This species of lizard is the largest in the world and one of the most curious animals on the planet, both inside and out.
In the animal kingdom there are species that have evolved converting their body into an insurmountable armor. The turtle is a clear example, with an external shell that forms part of its skeleton and protects against predators. Crocodiles are also another species that has true body armor, but in this case we are talking about an animal that wears the armor hidden under the skin. It is about one of the most curious species on the planet: the Komodo dragon.
These reptiles are one of the species that could be considered “living dinosaurs”, and are today the largest lizard species in the world. Do not trust the “lizard”, since the name “dragon” is much better attributed to it. These animals they are very territorial and violent, and have an extremely poisonous bite. They don’t inject you with venom like a snake would, but it is the saliva itself that harbors an infinite number of pathogens that, if they get into your bloodstream, they put you in serious trouble.
These lizards are only found in certain parts of Indonesia and they are animals that are in danger of extinction. There are few specimens in the entire world, and studying their anatomy has been a challenge for many years. Many studies have been carried out analyzing their skin and anatomy, but one University of Austin, Texas, decided to dig a little deeper. What they found was surprising, since when analyzing bone structure from an adult specimen they realized that instead of a skeleton, these animals have real armor under the skin.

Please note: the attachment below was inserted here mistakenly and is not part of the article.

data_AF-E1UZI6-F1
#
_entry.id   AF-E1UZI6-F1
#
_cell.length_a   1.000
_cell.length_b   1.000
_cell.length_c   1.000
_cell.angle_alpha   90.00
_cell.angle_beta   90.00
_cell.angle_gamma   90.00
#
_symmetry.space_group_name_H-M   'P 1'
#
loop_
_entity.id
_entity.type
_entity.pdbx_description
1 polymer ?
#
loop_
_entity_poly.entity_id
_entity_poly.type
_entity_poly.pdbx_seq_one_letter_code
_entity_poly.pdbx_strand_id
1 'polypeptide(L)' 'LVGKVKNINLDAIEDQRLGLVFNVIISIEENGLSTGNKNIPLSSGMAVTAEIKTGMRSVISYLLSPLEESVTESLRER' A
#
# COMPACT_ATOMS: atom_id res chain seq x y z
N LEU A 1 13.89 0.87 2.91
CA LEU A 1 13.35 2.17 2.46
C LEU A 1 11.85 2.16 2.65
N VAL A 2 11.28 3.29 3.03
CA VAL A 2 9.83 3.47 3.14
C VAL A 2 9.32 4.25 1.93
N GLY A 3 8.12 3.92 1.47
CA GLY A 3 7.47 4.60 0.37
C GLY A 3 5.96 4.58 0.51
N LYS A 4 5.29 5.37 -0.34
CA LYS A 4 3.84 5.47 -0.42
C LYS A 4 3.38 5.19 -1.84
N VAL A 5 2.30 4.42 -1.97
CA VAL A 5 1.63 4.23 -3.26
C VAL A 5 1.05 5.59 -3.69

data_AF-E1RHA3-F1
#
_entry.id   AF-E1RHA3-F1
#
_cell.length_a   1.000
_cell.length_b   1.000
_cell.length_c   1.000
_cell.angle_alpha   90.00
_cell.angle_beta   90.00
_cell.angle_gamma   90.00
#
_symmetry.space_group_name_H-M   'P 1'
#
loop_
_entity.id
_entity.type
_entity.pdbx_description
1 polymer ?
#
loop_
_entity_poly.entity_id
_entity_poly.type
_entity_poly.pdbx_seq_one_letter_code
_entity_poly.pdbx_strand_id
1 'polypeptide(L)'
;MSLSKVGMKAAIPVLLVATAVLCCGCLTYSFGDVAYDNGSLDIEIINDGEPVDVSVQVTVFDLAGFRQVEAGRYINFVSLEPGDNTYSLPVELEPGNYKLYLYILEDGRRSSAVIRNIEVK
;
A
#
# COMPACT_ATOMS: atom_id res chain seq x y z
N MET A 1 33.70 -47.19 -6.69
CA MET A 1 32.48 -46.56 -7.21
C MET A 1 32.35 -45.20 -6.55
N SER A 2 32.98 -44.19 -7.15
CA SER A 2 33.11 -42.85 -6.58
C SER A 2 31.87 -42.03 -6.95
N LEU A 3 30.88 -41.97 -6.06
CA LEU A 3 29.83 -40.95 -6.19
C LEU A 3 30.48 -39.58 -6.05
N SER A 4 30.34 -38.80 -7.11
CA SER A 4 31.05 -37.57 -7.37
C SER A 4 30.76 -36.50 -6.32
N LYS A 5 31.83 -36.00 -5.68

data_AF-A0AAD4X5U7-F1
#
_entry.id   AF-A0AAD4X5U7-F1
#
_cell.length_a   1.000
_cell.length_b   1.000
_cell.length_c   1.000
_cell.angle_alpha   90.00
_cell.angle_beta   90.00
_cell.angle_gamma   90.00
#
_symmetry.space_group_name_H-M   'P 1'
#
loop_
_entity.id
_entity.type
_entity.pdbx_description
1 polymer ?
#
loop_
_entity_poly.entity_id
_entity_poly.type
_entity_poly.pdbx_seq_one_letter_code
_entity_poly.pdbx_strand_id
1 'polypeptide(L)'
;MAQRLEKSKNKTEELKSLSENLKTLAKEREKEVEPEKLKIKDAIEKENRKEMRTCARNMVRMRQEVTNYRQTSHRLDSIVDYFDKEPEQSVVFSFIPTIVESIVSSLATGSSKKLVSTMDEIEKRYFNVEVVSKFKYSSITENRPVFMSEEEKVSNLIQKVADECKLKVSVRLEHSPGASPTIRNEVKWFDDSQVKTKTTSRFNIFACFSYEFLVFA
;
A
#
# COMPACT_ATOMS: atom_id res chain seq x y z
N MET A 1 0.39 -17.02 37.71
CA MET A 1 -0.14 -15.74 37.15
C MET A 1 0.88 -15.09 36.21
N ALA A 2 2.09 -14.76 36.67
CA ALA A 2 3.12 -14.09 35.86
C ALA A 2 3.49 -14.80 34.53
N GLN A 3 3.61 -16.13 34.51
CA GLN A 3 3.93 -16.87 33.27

Scans of the head of a dead specimen showed unusual patterns in its bone structure.
The bone pattern of Komodo dragons closely resembles that of chain mail armorwith small filaments that come together to form a “web”. The study showed that lizards are not born with this armor, but rather they develop it when they are adults to protect themselves. And it is that this animal has very violent territorial confrontations, and fierce fights for food. Christopher Bella paleontologist at the University of Austin, Texas explained the exact moment where this armor begins to form:
“Young Komodo dragons spend quite a bit of time in the trees, and when they’re big enough to come down to the ground, that’s when they start fighting with members of their own species. That’s when armor develops, for sheer survival.”
The researchers were able to draw these conclusions thanks to a specimen donated by the forth worth zoo when he passed away The Dragon I was 19 years oldand after subjecting the corpse to a tomographic scanner, the scientists discovered that the lizard’s head was completely wrapped in a mesh of tiny bones, completely unusual compared to the anatomy of other reptiles. When they compared it to the skeleton of a baby Komodo dragon, they found that the armor is a defense mechanism that they develop as adults to protect themselves from other members of their own species.